Bookstores and their quiet cafes were the first things I discovered when I landed in this country. I had always loved getting lost in a book, dreaming up places and characters. I actually missed a Calculus final just to finish up a book one time (I know, bad! I had some explaining to do in front of my family, believe me!). But I had never lost myself in a bookstore in Turkey before. When my friends were introducing the surroundings of Clemson to me in early 2000, I walked into a Books-a-Million store for a short break and never left!
It became my refuge spot. My lab was 15 minutes away and everytime I needed a break, and I wanted to be far away from the lab, I went to the BAM! That was my far away, I know, not impressing… But half an hour break with a cup of coffee or mocha, thumbing through the magazines mindlessly, making small talk with strangers, looking through the new releases and old familiar books had, and still has, a calming effect for me. At the end of that half an hour, I always went back to the lab, thinking I can tackle another set of experiments.
This lasted 7 years…
Until one day, I finally realized that I was spending more time at the bookstore to get away from the lab, that the issue was much deeper, and there was something wrong with this picture. It was one of those days that I came back from the bookstore, walked into my advisor’s office and told him that I was quitting my Ph.D. I could tell he was not very pleased with my decision, but I felt like a big load was lifted off of my shoulders. (In all honesty, it took me a year to make this move, there was more to that decision, more of feeling miserable, crying, and asking myself what the purpose of my life is and what I was doing in the lab when I turned 30 etc..but let’s say a cup of mocha gave me the courage!)
Not only I made life changing decisions, but also met nice people, like Mr. Atif in that store. I saw him every single time I walked in there. He would have a bunch of different books spread out on his table, taking notes and reading. And everytime, he saw me , he had a big smile and asked me how I was doing. Of course, I always said out right “Today sucks, Mr. Atif”, “I am good, Mr. Atif”, “It has been a horrible week, Mr. Atif”… But when I asked him how he was doing, I got the same answer everytime: “Ilke, Life is beautiful… just beautiful”… For 7 years!!!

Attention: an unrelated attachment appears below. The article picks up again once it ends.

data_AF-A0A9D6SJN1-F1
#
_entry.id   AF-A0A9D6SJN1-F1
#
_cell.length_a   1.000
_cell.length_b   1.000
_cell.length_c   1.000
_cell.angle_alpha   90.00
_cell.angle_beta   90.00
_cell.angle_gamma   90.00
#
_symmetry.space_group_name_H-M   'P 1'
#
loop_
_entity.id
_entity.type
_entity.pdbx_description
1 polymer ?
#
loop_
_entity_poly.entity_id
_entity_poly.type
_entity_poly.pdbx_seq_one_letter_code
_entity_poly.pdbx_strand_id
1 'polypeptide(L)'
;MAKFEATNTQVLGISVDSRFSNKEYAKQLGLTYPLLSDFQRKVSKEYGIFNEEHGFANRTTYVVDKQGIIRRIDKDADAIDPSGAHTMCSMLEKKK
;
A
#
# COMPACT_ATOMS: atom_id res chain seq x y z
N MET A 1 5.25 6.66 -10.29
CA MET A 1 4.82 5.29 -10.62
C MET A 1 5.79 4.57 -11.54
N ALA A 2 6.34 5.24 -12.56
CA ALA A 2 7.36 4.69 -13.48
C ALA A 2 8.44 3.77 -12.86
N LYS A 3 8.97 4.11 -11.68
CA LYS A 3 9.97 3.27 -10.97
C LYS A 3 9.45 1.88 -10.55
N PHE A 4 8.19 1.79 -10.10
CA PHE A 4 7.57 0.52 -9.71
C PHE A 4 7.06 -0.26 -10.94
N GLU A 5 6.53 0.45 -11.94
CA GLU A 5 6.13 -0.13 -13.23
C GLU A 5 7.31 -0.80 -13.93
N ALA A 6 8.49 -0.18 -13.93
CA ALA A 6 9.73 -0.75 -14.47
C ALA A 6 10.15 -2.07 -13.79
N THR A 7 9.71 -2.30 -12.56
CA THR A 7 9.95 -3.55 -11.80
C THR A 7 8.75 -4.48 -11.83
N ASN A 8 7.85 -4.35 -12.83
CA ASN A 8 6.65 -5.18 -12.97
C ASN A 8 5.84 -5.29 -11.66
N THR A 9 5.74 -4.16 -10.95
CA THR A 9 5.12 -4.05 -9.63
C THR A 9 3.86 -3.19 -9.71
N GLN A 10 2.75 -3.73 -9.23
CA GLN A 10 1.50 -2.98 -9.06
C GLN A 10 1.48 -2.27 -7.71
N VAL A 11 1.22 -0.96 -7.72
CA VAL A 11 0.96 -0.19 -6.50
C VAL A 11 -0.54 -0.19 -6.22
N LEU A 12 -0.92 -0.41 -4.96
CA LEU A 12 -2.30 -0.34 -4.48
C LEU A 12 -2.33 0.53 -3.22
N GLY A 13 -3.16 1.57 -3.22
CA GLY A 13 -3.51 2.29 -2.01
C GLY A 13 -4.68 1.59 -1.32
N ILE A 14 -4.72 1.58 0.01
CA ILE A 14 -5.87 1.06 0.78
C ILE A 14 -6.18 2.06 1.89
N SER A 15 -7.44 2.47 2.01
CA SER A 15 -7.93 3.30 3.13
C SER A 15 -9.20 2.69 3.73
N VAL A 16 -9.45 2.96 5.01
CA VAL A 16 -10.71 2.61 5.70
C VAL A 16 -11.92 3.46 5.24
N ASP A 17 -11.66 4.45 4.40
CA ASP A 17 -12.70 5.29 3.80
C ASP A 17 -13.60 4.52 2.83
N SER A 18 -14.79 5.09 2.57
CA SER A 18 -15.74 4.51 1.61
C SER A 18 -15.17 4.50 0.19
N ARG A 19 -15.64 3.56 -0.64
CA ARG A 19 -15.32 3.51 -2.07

How on earth he stayed that positive, I have no idea. But he did. It was like fresh spring air to hear that once in a while, I would lift my shoulders, keep my chin up and say “Yes, isn’t it?”… Sometimes I probably just grunted something like “Yeah whatever!” and walked to the back of the store, thinking “What kind of world is he living in?”.
I only had one problem with the cafe at the store : it did not have any appetizing desserts. I tried each,then found the biscotti, ate probably thousands of them by now…vanilla, almond, chocolate… Several days ago, remembering those days made me want to try my own biscotti. There were several different recipes with butter and without butter. I settled on the one without any butter which I found in my pastry book by Bo Friberg. They were very close to store bought ones, I just need to make sure I get the shape right next time and dip it in some chocolate. This trial was just for getting the taste and the feeling right! Next one will be covered in chocolate and dipped in finely chopped hazelnuts!
We all know that life sometimes sucks big time and sometimes it is just as beautiful as Mr. Atif believed. To make the life beautiful again for the people in Japan (I know it will take some time but every move counts at this point!), I am joining the efforts of Sabrina from The Tomato Tart to do an online bake sale and all money raised will go to the Second Harvest Japan. I will be contributing with my Nutella Cake, adapted from Nigella Lawson’s recipe. The online bake sale will be on March 30th. Hope you will join her or contribute by bidding on the baked goods that day!
Let’s Make Life Just Beautiful for Others! and as Sabrina says “Let’s Raise Some Dough!”…
Biscotti (from The Professional Pastry Chef by Bo Friberg)
(The original recipe yields 90 cookies, I halved this recipe but for the sake of being true to the recipe, I am giving the original one)
- 10 ounce bread flour
- 8 ounce cake flour
- 1 tablespoon baking powder
- 1 teaspoon baking soda
- 2 ounces unsweetened cocoa powder
- 1 teaspoon salt
- 2 tablespoons crushed anise seeds (optional, I did not use it because I did not want chocolate taste to be masked by strong anise)
- 4 eggs
- 1 tablespoon vanilla extract
- 10 ounces granulated sugar
- 6 ounces coarsely chopped walnuts
- 5 ounces dark raisins ( you can easily substitute hazelnuts or almonds and omit raisins)
- Egg wash(1 egg lightly beaten)
1. Combine the dry ingredients and mix well.
2. Beat vanilla, eggs, sugar until all is combined well and turns into a thick mixture.
3. Combine dry and wet ingredients thoroughly and add your preferred nuts and raisins.
4. Move the dough on a floured surface and knead for 2-3 minutes. If you are using the full recipe, divide the dough into two equal portions.
5. Make a 16-inch rope from each portion and put it on a tray lined with parchment paper. Flatten the tops of the rolls slightly and brush the egg wash on them.
6. Bake the ropes at 35–degree oven for 30 minutes until they are firm to touch.
7. Cut diagonal slices (3/8 inch thick) with a serrated knife.
8. Put the slices on the baking pan, bake another 6-7 minutes. Flip the slices, and bake for another 6-7 minutes.